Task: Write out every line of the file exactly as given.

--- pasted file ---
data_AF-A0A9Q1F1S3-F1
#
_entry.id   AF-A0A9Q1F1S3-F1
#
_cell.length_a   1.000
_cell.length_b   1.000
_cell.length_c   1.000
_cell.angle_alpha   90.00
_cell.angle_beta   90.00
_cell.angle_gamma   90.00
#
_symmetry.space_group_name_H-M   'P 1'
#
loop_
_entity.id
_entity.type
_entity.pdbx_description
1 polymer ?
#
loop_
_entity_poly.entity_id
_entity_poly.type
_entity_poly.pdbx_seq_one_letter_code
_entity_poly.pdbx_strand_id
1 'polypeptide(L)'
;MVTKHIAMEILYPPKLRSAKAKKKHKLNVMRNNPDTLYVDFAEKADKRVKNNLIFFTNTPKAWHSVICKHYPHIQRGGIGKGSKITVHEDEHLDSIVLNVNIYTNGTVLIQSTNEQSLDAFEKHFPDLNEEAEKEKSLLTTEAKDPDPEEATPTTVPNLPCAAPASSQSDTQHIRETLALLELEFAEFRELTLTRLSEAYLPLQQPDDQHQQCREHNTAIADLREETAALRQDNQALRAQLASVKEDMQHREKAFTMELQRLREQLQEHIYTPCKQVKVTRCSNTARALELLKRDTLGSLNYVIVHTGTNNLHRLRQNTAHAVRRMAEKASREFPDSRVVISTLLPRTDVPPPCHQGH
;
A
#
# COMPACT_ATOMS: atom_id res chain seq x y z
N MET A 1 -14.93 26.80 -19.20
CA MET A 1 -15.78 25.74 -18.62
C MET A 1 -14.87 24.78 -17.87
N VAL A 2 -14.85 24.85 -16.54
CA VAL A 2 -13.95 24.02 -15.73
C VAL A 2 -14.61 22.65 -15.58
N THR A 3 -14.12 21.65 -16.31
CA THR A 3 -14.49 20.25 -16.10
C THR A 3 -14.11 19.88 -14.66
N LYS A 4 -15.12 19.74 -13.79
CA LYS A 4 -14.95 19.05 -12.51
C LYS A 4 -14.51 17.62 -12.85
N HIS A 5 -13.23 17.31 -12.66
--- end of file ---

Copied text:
data_AF-A0A9Q1F1S3-F1
#
_entry.id   AF-A0A9Q1F1S3-F1
#
_cell.length_a   1.000
_cell.length_b   1.000
_cell.length_c   1.000
_cell.angle_alpha   90.00
_cell.angle_beta   90.00
_cell.angle_gamma   90.00
#
_symmetry.space_group_name_H-M   'P 1'
#
loop_
_entity.id
_entity.type
_entity.pdbx_description
1 polymer ?
#
loop_
_entity_poly.entity_id
_entity_poly.type
_entity_poly.pdbx_seq_one_letter_code
_entity_poly.pdbx_strand_id
1 'polypeptide(L)'
;MVTKHIAMEILYPPKLRSAKAKKKHKLNVMRNNPDTLYVDFAEKADKRVKNNLIFFTNTPKAWHSVICKHYPHIQRGGIGKGSKITVHEDEHLDSIVLNVNIYTNGTVLIQSTNEQSLDAFEKHFPDLNEEAEKEKSLLTTEAKDPDPEEATPTTVPNLPCAAPASSQSDTQHIRETLALLELEFAEFRELTLTRLSEAYLPLQQPDDQHQQCREHNTAIADLREETAALRQDNQALRAQLASVKEDMQHREKAFTMELQRLREQLQEHIYTPCKQVKVTRCSNTARALELLKRDTLGSLNYVIVHTGTNNLHRLRQNTAHAVRRMAEKASREFPDSRVVISTLLPRTDVPPPCHQGH
;
A
#
# COMPACT_ATOMS: atom_id res chain seq x y z
N MET A 1 -14.93 26.80 -19.20
CA MET A 1 -15.78 25.74 -18.62
C MET A 1 -14.87 24.78 -17.87
N VAL A 2 -14.85 24.85 -16.54
CA VAL A 2 -13.95 24.02 -15.73
C VAL A 2 -14.61 22.65 -15.58
N THR A 3 -14.12 21.65 -16.31
CA THR A 3 -14.49 20.25 -16.10
C THR A 3 -14.11 19.88 -14.66
N LYS A 4 -15.12 19.74 -13.79
CA LYS A 4 -14.95 19.05 -12.51
C LYS A 4 -14.51 17.62 -12.85
N HIS A 5 -13.23 17.31 -12.66